This book presents an introduction to structural equation modeling (SEM) and facilitates the access of students and researchers in various scientific fields to this powerful statistical tool. It offers a didactic initiation to SEM as well as to the open-source software, lavaan, and the rich and comprehensive technical features it offers.
Structural Equation Modeling with lavaan thus helps the reader to gain autonomy in the use of SEM to test path models and dyadic models, perform confirmatory factor analyses and estimate more complex models such as general structural models with latent variables and latent growth models.
SEM is approached both from the point of view of its process (i.e. the different stages of its use) and from the point of view of its product (i.e. the results it generates and their reading).

# Introduction

"The time of disjointed and mobile hypotheses is long past, as is the time of isolated and curious experiments.

From now on, the hypothesis is synthesis."

Gaston Bachelard *Le Nouvel Esprit scientifique*, 1934

"There is science only when there is measurement."

Henri Piéron, 1975

Predicting and explaining phenomena based on non-experimental observations is a major methodological and epistemological challenge for social sciences. Going from a purely descriptive approach to an explanatory approach requires a suitable, sound theoretical corpus as well as appropriate methodological and statistical tools. "It is because it is part of an already outlined perspective that structural equation modeling constitutes an important step in the methodological and epistemological evolution of psychology, and not just one of the all too frequent fads in the history of our discipline", wrote Reuchlin ([REU 95] p. 212). The point aptly described by Reuchlin applies to several other disciplines in the human and social sciences.

Since its beginning, there have been two types of major actors who have worked with structural equation modeling (SEM), sometimes in parallel to its development: those who were/are in a process of demanding, thorough, and innovative application of the method to their field of study, and those who were/are in a process of development and refinement of the method itself. The second group is usually comprised of statisticians (mathematicians, psychology psychostatisticians, etc.), whereas the first group is usually comprised of data analysts. While willingly categorizing themselves as data analysts, the authors of this book recognize the importance of the statistical prerequisites necessary for the demanding and efficient use of any data analysis tool.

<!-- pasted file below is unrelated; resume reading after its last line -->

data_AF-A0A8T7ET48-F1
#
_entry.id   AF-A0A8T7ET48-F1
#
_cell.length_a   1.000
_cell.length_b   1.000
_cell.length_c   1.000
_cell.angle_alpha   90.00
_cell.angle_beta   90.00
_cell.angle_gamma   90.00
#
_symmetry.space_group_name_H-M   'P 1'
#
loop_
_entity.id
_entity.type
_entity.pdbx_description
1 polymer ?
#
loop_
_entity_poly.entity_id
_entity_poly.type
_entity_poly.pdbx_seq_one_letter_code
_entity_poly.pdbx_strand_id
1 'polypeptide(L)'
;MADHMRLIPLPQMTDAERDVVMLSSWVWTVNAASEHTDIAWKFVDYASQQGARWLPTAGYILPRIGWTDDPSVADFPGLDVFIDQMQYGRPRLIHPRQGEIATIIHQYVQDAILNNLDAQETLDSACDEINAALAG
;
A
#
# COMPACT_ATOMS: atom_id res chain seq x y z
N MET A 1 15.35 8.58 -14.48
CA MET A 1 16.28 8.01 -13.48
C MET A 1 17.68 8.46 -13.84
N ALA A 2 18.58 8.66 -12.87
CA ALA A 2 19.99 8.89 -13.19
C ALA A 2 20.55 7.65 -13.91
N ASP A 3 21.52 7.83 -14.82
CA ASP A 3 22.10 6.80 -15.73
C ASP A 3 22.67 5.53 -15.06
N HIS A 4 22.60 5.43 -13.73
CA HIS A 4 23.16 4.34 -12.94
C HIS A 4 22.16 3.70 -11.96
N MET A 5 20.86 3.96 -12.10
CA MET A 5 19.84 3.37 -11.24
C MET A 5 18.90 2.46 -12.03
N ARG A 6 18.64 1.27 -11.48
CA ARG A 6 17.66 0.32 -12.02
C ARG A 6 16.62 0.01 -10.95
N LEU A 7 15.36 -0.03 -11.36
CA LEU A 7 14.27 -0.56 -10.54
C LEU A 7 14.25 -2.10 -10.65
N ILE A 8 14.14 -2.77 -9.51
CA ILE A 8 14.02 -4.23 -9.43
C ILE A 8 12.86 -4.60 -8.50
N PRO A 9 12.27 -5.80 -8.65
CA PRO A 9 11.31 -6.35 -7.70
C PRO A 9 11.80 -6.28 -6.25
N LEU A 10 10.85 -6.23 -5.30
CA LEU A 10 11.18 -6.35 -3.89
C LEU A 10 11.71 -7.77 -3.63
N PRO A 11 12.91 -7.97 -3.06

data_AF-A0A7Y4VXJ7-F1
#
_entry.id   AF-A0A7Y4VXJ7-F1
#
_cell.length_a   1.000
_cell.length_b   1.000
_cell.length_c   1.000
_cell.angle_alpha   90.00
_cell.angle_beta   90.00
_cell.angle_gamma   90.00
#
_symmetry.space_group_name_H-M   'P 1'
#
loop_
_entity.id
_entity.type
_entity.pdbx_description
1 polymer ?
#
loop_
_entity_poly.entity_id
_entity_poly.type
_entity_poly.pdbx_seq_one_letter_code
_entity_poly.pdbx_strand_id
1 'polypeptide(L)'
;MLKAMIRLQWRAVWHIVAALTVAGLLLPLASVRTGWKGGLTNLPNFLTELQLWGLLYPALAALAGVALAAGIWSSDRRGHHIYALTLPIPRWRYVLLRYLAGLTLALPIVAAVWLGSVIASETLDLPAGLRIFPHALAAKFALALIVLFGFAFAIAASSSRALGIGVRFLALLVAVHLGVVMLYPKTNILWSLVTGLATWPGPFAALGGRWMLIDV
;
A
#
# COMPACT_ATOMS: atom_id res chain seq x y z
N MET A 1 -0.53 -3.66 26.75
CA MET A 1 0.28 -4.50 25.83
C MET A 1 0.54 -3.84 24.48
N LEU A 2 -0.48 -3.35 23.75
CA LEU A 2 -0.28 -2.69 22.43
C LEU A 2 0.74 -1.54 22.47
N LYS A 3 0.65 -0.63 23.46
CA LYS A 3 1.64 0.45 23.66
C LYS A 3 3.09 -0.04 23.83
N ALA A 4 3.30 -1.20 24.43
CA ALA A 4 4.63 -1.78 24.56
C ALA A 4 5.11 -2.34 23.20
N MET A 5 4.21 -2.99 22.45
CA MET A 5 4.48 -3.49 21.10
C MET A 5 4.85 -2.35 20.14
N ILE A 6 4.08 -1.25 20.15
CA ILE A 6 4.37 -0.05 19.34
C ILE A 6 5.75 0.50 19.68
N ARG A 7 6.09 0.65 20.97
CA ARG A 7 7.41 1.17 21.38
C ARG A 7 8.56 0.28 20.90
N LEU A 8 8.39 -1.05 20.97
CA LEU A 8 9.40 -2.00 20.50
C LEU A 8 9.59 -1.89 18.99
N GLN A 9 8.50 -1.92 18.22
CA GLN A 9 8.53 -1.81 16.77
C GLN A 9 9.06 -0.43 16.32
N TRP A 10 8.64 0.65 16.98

This manual is a didactic book presenting the basics of a technique for beginners who wish to gradually learn structural equation modeling and make use of its flexibility, opportunities, and upgrades and extenxions. And it is by putting ourselves in the shoes of a user with a limited statistical background that we have undertaken this task. We also thought of those who are angry with statistics, and who, more than others, might be swayed by the beautiful diagrams and goodness-of-fit indices that abound in the world of SEM. We would be proud if they considered the undoubtedly partial introduction to SEM we give here as insufficient. As for those who find the use of mathematics in humain and social sciences unappealing, those who have never been convinced by the utility of quantitative methods in these sciences, it is likely that, no matter what we do, they will remain so forever. This manual will not concern them. It is hardly useful to focus on the fact that using these methods does not mean conceiving the social world or psychological phenomena as necessarily computable and mathematically formalizable systems. Such a debate has lost many a time to the epistemological and methodological evolution of these sciences. This debate is pointless.

In fact, computer software has made it possible to present a quantitative method in a reasonably light way in mathematical formulas and details. Currently, it is no longer justifiable to present statistical analysis pushed up to its concrete calculation mode, like when these calculations were by hand in the worst cases or done with the help of a simple calculator in the best cases. But the risk of almost mechanically using such programs, which often gives users the impression they are exempted from knowing the basics of technical methods and tests that they use, is quite real.

We have tried to limit this risk by avoiding making this book a simple SEM software user's guide. While recognizing the importance of prerequisite statistics essential to a demanding and efficient use of any data analysis tool, we reassure readers: less is more. Let us be clear from the outset that our point of view in this book is both methodological and practical and that we do not claim to offer a compendium of procedures for detailed calculations of SEM. We have put ourselves in the shoes of the user wishing to easily find in it both a technical introduction and a practical introduction, oriented towards the use of SEM. It is not a "recipe" book for using SEM that leads to results that are not sufficiently accurate and supported. Implementing it is difficult, as it also involves handling SEM software, thus following the logic of a user's guide.